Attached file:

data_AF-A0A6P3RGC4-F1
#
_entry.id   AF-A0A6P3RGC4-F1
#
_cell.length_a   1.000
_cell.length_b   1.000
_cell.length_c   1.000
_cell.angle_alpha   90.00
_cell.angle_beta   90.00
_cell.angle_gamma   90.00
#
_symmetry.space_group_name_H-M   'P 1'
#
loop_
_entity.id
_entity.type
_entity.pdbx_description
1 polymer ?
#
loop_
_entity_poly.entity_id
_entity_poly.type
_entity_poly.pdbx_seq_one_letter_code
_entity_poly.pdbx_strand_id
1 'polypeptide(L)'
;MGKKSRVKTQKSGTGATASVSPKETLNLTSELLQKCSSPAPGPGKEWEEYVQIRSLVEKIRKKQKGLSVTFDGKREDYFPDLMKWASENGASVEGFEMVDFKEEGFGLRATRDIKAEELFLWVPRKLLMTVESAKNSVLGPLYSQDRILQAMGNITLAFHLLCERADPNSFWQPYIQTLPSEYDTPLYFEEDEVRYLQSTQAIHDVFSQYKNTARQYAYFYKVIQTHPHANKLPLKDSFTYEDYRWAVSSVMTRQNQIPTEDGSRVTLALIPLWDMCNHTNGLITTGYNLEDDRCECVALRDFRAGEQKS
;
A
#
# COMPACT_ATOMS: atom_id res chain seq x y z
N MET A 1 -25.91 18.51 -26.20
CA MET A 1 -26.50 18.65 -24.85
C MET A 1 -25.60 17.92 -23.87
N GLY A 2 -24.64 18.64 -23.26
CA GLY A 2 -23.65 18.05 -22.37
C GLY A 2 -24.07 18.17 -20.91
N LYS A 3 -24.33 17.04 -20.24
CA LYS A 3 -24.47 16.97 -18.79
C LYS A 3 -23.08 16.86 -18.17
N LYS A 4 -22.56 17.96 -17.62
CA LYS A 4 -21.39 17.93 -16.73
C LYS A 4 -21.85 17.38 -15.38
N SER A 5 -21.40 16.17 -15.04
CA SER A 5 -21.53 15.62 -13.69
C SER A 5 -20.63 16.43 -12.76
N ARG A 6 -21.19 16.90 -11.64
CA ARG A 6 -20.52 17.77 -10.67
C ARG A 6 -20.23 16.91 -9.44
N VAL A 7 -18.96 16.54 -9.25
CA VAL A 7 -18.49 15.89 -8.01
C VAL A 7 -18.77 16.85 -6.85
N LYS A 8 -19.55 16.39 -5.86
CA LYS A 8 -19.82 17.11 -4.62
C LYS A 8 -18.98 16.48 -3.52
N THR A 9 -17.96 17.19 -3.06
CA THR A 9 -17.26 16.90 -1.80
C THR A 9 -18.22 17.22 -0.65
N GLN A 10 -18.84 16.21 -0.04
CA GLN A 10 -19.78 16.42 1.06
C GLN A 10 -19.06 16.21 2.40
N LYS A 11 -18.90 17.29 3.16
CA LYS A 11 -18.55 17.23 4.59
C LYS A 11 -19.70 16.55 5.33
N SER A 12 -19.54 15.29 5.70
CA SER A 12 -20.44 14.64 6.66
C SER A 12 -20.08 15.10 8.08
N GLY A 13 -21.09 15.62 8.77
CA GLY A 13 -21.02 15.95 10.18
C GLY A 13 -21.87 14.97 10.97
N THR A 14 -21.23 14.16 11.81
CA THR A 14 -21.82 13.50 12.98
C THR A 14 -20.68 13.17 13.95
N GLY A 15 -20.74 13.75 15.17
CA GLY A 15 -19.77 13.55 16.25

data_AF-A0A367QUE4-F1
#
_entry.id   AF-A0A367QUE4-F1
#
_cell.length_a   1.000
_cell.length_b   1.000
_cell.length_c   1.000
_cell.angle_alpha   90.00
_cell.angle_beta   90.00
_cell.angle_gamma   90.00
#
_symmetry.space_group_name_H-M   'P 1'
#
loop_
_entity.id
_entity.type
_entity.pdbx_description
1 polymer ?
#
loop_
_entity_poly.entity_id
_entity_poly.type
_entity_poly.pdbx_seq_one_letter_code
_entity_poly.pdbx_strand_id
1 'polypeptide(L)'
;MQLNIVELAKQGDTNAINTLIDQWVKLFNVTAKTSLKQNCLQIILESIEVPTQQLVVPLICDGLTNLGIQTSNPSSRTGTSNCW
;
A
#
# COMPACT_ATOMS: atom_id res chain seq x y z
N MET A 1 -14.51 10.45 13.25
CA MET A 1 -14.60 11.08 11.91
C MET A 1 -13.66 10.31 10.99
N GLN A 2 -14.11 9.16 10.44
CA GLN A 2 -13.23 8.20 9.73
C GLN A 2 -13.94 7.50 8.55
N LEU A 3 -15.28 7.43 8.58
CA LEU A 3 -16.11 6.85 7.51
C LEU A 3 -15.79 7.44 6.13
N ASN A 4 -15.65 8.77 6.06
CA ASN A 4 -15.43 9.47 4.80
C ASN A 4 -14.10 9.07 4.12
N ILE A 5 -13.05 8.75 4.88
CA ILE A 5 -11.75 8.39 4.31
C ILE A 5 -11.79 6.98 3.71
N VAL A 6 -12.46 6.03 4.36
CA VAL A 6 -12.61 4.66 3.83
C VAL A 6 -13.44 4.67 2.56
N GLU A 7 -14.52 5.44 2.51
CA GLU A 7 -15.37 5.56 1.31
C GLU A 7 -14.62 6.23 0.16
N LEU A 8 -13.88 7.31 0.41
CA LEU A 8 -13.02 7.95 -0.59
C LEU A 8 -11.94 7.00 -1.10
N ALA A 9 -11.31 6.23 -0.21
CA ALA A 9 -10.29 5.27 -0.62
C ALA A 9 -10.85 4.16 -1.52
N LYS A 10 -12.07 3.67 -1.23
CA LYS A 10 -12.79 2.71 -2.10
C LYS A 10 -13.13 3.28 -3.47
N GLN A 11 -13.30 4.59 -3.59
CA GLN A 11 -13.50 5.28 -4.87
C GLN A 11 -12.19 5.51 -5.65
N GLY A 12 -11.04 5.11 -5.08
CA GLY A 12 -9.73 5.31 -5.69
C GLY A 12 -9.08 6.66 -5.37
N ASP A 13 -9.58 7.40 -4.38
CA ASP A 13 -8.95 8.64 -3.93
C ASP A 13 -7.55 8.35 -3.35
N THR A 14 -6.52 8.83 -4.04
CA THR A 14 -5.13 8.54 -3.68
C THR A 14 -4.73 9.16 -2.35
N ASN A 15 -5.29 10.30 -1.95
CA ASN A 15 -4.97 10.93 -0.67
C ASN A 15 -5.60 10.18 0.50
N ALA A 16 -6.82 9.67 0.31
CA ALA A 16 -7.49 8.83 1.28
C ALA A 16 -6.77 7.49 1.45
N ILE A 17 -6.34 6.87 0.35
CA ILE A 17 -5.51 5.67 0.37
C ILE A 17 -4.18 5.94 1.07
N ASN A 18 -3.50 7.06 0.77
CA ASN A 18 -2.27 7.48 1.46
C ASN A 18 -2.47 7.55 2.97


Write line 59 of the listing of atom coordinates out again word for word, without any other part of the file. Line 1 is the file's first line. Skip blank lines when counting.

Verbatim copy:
CA GLN A 10 -19.78 16.42 1.06